So when the carrot doesn’t work, the feds are more than happy to whip out the ol’ stick to compel state compliance with the diktats of the omnipotent federal government. 10th Amendment supporters should be outraged. More states should follow Utah’s lead. Congress should repeal NCLB. And the federal Department of Education ought to be eliminated, just as Republicans proposed back in 1994…BEFORE they actually became the party of power.”

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Don’t Worry about the Trade Deficit

Walter Williams explains why you should not worry about the trade deficit.
I wish politicians were as economically literate as Professor Williams. But they are not:
“Some politicians gripe about all the U.S. debt held by foreigners. Only a politician can have that kind of audacity. Guess who’s creating the debt instruments that foreigners hold? If you said it’s our profligate Congress, go to the head of the class. If foreigners didn’t purchase so much of our debt, we’d be worse off in terms of higher inflation and interest rates.”

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Long knives, short common sense

Can you believe this? What’s next: blunt instruments or plastic bags?
I wonder why they don’t just get it over with and recommend banning criminals.
(Thanks to NCPA for the link.)

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“Living Wage” follow-up

Wishful thinkers advocating the minimum wage refuse to acknowledge that the empirical evidence does not support their claims. Here is the follow-up statement I sent to Albuquerque City Council today:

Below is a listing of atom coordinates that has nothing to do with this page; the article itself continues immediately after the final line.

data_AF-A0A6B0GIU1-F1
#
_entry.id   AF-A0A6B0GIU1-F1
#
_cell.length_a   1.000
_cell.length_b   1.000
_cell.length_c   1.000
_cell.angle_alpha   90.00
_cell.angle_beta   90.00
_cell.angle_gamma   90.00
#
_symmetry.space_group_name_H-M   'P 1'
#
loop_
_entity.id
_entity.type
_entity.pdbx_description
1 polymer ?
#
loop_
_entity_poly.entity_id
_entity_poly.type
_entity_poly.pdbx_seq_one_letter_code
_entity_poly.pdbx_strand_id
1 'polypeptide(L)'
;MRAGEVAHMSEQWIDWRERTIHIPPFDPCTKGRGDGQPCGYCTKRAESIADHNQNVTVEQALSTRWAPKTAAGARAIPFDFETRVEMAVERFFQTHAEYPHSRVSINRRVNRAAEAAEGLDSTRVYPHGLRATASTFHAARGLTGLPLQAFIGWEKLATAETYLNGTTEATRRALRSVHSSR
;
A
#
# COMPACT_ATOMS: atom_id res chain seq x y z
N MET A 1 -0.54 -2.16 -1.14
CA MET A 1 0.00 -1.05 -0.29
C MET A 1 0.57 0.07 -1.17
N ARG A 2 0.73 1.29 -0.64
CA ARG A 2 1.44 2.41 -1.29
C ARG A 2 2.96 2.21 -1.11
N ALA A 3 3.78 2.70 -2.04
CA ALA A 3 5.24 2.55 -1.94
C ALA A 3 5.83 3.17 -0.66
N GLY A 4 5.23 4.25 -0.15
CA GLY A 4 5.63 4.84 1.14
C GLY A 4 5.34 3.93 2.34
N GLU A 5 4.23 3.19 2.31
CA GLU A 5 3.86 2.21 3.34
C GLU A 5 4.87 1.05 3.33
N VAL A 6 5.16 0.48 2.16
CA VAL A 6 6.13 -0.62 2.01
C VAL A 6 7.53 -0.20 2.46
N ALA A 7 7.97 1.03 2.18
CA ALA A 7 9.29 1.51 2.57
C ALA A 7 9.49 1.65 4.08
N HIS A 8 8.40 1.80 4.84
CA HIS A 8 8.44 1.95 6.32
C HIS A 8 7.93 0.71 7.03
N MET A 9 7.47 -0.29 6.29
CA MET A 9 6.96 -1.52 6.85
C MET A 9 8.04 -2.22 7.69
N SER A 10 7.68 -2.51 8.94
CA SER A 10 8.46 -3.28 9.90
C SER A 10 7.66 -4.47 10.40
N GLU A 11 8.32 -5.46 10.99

“Living Wage” Hurts the Poor
Subsequent to my statement of May 20, 2005 I have seen several more empirical claims that the living wage will not hurt the poor. These claims constitute voodoo economics in the extreme.
Many factors (such as tax climate, regulatory climate, education, local entrepreneurial opportunities, what is happening in other states and localities, what is happening in other countries, business cycles and so forth) in addition to the “living wage” determine whether a local economy expands or contracts. In order to tease out an economically sound estimate of the effect of the “living wage,” the empirical economist must account for all the factors. Empirical studies that purport to show that the “living wage” does not hurt the poor and perhaps even expands employment and helps the poor do not account for all factors.
Studies that do account for all factors show overwhelmingly that wage floors hurt the poor. And those hurt are the least effective interest group in society (minorities, low skilled, relatively uneducated). They have no voice in the matter. All many of them know is that there is no job available when they go looking. For them the legal living wage becomes ZERO.
An excellent summary of the history and all the empirical evidence of wage floors may be found in: David Neumark in his research summary “Raising Incomes by Mandating Wages.” It may be found online here.
There are lots of things we can do to help the poor. The “living wage” idea is not only ineffective; it is counterproductive.

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Corporate Welfare I

Corporate welfare does not create jobs. It makes us all worse off. Look here for a great explanation with lots of links.
Check here for my 2003 estimate of the costs of the economic development lies in New Mexico.